Brasilien: Vanete Almeida

Until the end of the 1970s, in the Northeastern hinterland, female agriculturists were used only to work and to take care of children. Today, they are leaderships.

— Vanete Almeida

In the 1980s, Vanete Almeida (1943) began participating in rural workers' unions from the central hinterland of Pernambuco State. As the only woman in a place dominated by men, she broke the sexism barrier and stimulated the mobilization of women in rural areas. Now, there are 800 groups of women in the Northeast. Those women, who used to be quiet, are now directing unions, coordinating meetings and demanding labor rights, health, education and the preservation of the environment.

When Vanete Almeida began the task of making female agriculturists more aware of their rights, they were disrespected, isolated and invisible to society. She used to be the only woman in the union meetings, and so she decided to go look for female partners at their homes. Then, Vanete started to organize workshops. “We used to talk about everything: how to not waste beans or corn, how to take care of chickens, hygiene, health, their children's education and their affectionate and sexual problems.” Vanete's battle began in the 1970s when she joined a Catholic volunteer group involved in political education. “In the plantation fields, I used to see women working really hard from sunrise till sunset. Most of them did not even have identification documents.” In 1980, Vanete started working as a counselor for the Federation of Agriculturists from Pernambuco State. In 1982, the third year of a very long drought, she was ahead of a group that demanded that the Federal Government include women in the emergency fronts–up until then the program only gave jobs to men. Two years later, they organized the First Meeting of Rural Women from the Central Hinterland Area. Now, there are 800 groups of agriculturists in the Northeast. Among other rights, they conquered the right to be the legally recognized land owners–before, only men had the right to own land. They conquered also the right to retirement and to continue receiving their salary during maternity-leave. Now, Vanete Almeida coordinates the Network of Latin American and Caribbean Rural Women, articulating groups from 25 countries. When she is in Brazil, she continues to do what gives her the most pleasure in life: meeting with female agriculturists from her region. “As long as there are people without land and women without an active power of speech, I will be there.”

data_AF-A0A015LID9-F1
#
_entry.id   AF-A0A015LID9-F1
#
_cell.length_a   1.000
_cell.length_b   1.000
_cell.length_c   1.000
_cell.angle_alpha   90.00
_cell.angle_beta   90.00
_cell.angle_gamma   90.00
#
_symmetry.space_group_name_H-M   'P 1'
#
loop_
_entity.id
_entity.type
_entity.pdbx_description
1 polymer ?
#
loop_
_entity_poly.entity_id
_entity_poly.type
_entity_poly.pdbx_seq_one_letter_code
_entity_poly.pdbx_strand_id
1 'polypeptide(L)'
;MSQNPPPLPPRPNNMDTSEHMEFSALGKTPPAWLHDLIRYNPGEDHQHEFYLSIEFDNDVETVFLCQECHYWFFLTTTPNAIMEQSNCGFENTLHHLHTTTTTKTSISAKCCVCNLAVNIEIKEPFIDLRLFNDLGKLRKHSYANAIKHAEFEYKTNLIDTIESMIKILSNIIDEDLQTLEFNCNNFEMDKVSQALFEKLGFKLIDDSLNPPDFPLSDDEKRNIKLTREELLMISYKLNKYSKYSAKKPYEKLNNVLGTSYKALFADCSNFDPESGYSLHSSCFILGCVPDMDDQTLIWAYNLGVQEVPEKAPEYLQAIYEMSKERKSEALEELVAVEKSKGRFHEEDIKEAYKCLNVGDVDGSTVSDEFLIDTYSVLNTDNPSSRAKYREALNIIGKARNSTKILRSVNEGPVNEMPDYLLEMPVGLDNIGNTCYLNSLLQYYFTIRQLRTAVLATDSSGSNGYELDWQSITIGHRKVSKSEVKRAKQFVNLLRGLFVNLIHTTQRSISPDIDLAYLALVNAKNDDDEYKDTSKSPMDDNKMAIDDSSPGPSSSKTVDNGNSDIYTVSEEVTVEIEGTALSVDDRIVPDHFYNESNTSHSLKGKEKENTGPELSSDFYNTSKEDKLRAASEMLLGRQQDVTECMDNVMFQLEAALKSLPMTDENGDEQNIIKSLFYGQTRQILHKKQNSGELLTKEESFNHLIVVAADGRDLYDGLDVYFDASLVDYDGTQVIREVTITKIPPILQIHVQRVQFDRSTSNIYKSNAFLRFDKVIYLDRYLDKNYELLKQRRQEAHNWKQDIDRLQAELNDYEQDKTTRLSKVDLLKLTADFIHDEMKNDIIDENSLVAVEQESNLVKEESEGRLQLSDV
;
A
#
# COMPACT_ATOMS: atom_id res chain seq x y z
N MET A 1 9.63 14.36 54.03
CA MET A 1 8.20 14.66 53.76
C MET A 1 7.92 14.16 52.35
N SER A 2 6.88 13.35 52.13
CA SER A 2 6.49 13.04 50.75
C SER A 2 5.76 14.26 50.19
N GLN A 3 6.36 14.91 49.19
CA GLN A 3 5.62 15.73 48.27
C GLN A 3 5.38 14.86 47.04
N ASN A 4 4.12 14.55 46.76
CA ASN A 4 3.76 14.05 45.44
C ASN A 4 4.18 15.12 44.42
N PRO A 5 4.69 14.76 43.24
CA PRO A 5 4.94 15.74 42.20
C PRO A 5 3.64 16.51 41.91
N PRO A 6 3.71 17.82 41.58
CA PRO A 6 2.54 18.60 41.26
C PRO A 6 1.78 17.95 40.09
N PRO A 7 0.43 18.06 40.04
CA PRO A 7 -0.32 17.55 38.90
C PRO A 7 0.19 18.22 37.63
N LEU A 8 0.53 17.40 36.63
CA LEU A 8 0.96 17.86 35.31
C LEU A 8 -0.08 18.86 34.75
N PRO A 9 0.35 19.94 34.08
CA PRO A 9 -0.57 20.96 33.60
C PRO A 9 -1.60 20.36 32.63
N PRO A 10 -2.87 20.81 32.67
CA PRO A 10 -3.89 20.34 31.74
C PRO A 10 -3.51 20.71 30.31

Rede Latino-Americana e do Caribe das Mulheres Trabalhadoras Rurais (The Network of Latin American and Caribbean Rural Women)